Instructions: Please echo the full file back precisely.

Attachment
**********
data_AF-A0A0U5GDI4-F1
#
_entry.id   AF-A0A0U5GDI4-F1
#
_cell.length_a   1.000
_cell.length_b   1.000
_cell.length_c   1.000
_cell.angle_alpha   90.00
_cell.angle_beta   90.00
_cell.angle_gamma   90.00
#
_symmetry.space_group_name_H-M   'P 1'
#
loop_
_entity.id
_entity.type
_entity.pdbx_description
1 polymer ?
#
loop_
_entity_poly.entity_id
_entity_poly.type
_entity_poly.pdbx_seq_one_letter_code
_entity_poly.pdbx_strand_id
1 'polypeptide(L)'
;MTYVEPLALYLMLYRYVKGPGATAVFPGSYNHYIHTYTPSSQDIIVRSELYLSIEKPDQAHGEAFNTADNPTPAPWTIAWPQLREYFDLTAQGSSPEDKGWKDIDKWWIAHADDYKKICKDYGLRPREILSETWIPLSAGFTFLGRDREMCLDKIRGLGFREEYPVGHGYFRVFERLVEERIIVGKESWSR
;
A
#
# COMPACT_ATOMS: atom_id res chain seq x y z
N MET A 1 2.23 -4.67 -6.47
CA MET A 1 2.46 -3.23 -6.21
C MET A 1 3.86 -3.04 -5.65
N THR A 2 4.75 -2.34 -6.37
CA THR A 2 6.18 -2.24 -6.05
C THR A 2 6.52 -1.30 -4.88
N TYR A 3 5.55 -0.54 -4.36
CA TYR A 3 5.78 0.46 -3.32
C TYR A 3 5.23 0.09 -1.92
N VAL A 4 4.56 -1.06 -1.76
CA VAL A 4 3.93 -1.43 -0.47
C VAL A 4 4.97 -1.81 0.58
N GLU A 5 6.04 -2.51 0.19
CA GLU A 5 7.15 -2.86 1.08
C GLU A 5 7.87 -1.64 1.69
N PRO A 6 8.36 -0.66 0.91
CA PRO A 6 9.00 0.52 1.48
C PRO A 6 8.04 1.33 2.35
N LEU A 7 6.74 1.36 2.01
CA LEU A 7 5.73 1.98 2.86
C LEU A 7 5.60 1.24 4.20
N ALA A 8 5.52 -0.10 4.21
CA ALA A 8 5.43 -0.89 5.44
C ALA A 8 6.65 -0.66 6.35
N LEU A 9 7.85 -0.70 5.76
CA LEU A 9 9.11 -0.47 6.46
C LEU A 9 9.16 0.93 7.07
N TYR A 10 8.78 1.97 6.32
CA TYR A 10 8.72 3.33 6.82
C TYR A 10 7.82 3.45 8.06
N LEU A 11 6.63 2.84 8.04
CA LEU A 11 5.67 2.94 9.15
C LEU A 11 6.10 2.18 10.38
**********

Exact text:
data_AF-A0A0U5GDI4-F1
#
_entry.id   AF-A0A0U5GDI4-F1
#
_cell.length_a   1.000
_cell.length_b   1.000
_cell.length_c   1.000
_cell.angle_alpha   90.00
_cell.angle_beta   90.00
_cell.angle_gamma   90.00
#
_symmetry.space_group_name_H-M   'P 1'
#
loop_
_entity.id
_entity.type
_entity.pdbx_description
1 polymer ?
#
loop_
_entity_poly.entity_id
_entity_poly.type
_entity_poly.pdbx_seq_one_letter_code
_entity_poly.pdbx_strand_id
1 'polypeptide(L)'
;MTYVEPLALYLMLYRYVKGPGATAVFPGSYNHYIHTYTPSSQDIIVRSELYLSIEKPDQAHGEAFNTADNPTPAPWTIAWPQLREYFDLTAQGSSPEDKGWKDIDKWWIAHADDYKKICKDYGLRPREILSETWIPLSAGFTFLGRDREMCLDKIRGLGFREEYPVGHGYFRVFERLVEERIIVGKESWSR
;
A
#
# COMPACT_ATOMS: atom_id res chain seq x y z
N MET A 1 2.23 -4.67 -6.47
CA MET A 1 2.46 -3.23 -6.21
C MET A 1 3.86 -3.04 -5.65
N THR A 2 4.75 -2.34 -6.37
CA THR A 2 6.18 -2.24 -6.05
C THR A 2 6.52 -1.30 -4.88
N TYR A 3 5.55 -0.54 -4.36
CA TYR A 3 5.78 0.46 -3.32
C TYR A 3 5.23 0.09 -1.92
N VAL A 4 4.56 -1.06 -1.76
CA VAL A 4 3.93 -1.43 -0.47
C VAL A 4 4.97 -1.81 0.58
N GLU A 5 6.04 -2.51 0.19
CA GLU A 5 7.15 -2.86 1.08
C GLU A 5 7.87 -1.64 1.69
N PRO A 6 8.36 -0.66 0.91
CA PRO A 6 9.00 0.52 1.48
C PRO A 6 8.04 1.33 2.35
N LEU A 7 6.74 1.36 2.01
CA LEU A 7 5.73 1.98 2.86
C LEU A 7 5.60 1.24 4.20
N ALA A 8 5.52 -0.10 4.21
CA ALA A 8 5.43 -0.89 5.44
C ALA A 8 6.65 -0.66 6.35
N LEU A 9 7.85 -0.70 5.76
CA LEU A 9 9.11 -0.47 6.46
C LEU A 9 9.16 0.93 7.07
N TYR A 10 8.78 1.97 6.32
CA TYR A 10 8.72 3.33 6.82
C TYR A 10 7.82 3.45 8.06
N LEU A 11 6.63 2.84 8.04
CA LEU A 11 5.67 2.94 9.15
C LEU A 11 6.10 2.18 10.38